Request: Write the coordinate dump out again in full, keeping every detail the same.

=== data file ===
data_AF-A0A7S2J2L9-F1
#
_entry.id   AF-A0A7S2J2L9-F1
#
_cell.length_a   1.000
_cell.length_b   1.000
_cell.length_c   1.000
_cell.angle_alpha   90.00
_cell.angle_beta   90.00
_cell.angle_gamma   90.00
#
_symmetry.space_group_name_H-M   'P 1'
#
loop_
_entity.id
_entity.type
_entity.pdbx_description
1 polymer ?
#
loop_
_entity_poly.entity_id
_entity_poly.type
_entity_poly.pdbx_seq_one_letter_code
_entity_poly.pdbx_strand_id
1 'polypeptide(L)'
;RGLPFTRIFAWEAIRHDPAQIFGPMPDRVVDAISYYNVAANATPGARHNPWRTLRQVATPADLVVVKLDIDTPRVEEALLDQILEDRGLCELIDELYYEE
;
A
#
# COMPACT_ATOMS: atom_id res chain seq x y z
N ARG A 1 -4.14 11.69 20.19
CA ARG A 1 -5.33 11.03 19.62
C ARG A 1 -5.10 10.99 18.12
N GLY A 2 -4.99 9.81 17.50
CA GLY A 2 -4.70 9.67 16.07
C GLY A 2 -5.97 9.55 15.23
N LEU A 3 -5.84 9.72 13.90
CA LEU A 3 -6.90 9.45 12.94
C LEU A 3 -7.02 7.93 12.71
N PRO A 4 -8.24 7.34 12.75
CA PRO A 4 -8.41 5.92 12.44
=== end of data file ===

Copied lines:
data_AF-A0A7S2J2L9-F1
#
_entry.id   AF-A0A7S2J2L9-F1
#
_cell.length_a   1.000
_cell.length_b   1.000
_cell.length_c   1.000
_cell.angle_alpha   90.00
_cell.angle_beta   90.00
_cell.angle_gamma   90.00
#
_symmetry.space_group_name_H-M   'P 1'
#
loop_
_entity.id
_entity.type
_entity.pdbx_description
1 polymer ?
#
loop_
_entity_poly.entity_id
_entity_poly.type
_entity_poly.pdbx_seq_one_letter_code
_entity_poly.pdbx_strand_id
1 'polypeptide(L)'
;RGLPFTRIFAWEAIRHDPAQIFGPMPDRVVDAISYYNVAANATPGARHNPWRTLRQVATPADLVVVKLDIDTPRVEEALLDQILEDRGLCELIDELYYEE
;
A
#
# COMPACT_ATOMS: atom_id res chain seq x y z
N ARG A 1 -4.14 11.69 20.19
CA ARG A 1 -5.33 11.03 19.62
C ARG A 1 -5.10 10.99 18.12
N GLY A 2 -4.99 9.81 17.50
CA GLY A 2 -4.70 9.67 16.07
C GLY A 2 -5.97 9.55 15.23
N LEU A 3 -5.84 9.72 13.90
CA LEU A 3 -6.90 9.45 12.94
C LEU A 3 -7.02 7.93 12.71
N PRO A 4 -8.24 7.34 12.75
CA PRO A 4 -8.41 5.92 12.44